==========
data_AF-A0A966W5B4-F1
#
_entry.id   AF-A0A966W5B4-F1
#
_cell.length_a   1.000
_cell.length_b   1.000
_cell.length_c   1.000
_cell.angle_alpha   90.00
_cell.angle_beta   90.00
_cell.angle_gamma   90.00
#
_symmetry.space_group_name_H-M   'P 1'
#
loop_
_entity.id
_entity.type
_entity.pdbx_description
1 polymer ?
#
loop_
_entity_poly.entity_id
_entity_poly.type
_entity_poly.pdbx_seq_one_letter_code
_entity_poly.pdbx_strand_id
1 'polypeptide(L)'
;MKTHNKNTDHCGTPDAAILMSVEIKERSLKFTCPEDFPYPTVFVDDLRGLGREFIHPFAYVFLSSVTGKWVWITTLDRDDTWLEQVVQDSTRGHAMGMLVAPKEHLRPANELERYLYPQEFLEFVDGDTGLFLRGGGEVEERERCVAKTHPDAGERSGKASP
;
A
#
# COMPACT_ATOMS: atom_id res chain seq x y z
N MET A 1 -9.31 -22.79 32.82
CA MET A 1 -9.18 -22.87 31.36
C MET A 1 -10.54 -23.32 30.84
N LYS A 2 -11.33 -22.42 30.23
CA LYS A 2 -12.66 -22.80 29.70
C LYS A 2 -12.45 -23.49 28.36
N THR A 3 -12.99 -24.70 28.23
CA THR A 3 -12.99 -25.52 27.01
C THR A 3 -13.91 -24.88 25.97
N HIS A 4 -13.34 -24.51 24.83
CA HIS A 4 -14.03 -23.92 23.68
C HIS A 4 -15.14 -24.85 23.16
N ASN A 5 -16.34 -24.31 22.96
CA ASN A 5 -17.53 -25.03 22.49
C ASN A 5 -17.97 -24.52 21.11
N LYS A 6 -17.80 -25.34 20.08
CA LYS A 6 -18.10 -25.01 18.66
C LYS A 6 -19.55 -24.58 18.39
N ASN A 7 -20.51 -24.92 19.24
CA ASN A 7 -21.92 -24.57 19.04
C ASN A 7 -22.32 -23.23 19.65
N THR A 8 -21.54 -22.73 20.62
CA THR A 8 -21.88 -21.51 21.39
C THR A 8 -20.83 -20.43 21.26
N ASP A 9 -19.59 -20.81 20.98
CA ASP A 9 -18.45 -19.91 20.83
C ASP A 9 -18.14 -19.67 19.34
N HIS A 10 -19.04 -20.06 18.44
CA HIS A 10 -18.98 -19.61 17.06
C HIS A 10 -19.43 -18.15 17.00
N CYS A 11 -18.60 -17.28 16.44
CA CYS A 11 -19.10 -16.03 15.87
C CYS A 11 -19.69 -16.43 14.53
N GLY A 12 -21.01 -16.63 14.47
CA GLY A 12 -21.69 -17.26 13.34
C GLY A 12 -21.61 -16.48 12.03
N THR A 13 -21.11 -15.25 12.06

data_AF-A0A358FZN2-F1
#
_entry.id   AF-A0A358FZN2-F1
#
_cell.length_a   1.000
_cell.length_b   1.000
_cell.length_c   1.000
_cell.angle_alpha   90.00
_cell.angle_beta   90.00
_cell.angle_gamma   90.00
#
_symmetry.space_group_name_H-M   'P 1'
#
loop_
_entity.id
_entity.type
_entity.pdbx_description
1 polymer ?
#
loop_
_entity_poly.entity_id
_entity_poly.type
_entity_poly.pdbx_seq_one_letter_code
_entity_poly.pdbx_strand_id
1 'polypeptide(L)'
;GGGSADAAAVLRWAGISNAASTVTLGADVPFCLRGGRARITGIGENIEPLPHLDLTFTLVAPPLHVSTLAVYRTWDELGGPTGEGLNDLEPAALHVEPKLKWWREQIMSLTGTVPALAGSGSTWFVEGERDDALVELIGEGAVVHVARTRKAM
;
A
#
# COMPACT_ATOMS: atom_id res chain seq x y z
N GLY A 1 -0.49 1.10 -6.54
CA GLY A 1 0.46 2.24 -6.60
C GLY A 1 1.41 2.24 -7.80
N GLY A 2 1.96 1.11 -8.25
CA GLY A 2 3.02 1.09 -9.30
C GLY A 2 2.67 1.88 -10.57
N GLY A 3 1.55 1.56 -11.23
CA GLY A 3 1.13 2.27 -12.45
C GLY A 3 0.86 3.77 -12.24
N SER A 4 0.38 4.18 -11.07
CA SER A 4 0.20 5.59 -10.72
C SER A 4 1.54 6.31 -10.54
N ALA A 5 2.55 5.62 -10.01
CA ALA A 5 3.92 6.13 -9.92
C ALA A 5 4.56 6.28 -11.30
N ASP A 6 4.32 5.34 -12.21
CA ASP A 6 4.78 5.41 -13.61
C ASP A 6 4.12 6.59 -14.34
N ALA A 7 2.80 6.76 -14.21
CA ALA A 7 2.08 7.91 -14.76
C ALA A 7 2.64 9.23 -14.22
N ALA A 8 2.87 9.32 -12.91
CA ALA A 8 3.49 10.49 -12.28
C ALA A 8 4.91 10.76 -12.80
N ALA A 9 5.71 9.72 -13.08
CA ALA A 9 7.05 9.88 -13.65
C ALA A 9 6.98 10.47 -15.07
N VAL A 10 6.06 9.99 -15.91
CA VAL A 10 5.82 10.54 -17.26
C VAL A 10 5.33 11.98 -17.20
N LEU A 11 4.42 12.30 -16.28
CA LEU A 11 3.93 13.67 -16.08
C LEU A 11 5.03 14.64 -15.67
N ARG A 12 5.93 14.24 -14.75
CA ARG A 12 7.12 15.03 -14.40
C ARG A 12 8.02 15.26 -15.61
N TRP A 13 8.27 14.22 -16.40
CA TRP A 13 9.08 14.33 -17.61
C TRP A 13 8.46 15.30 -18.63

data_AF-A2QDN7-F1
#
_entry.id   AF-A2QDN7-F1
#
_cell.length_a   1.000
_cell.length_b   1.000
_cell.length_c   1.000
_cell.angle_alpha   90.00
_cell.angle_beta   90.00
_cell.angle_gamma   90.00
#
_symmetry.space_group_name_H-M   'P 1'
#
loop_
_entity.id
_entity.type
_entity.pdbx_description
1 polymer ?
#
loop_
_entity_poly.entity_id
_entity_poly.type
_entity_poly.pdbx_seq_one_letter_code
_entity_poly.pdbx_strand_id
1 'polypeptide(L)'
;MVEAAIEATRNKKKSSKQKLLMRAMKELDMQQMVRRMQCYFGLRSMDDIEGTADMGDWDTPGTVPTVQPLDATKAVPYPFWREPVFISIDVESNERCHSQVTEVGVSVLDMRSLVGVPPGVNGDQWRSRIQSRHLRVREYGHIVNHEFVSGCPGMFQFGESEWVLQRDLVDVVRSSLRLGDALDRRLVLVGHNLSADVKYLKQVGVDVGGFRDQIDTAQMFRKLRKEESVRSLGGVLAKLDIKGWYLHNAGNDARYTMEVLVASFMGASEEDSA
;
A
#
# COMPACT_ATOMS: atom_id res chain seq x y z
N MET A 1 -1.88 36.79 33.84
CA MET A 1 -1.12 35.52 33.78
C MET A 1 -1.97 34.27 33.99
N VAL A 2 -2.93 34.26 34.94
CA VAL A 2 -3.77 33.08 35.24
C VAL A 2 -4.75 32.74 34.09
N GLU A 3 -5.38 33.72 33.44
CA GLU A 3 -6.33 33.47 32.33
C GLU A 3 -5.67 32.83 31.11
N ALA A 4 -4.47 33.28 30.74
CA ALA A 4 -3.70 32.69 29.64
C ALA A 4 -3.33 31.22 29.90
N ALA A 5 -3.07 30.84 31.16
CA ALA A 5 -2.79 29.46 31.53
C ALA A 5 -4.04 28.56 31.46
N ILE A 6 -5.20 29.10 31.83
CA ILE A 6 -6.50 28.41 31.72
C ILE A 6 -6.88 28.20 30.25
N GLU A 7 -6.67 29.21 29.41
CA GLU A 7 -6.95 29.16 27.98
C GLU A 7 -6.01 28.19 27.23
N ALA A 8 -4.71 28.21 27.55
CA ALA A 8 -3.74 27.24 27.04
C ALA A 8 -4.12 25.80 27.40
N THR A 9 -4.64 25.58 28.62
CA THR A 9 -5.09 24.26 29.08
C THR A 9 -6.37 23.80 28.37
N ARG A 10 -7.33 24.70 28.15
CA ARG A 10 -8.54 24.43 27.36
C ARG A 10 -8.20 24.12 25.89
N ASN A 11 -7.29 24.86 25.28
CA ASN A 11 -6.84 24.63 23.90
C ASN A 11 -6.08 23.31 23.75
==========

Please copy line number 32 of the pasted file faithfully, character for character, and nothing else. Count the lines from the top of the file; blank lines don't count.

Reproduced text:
CA MET A 1 -9.18 -22.87 31.36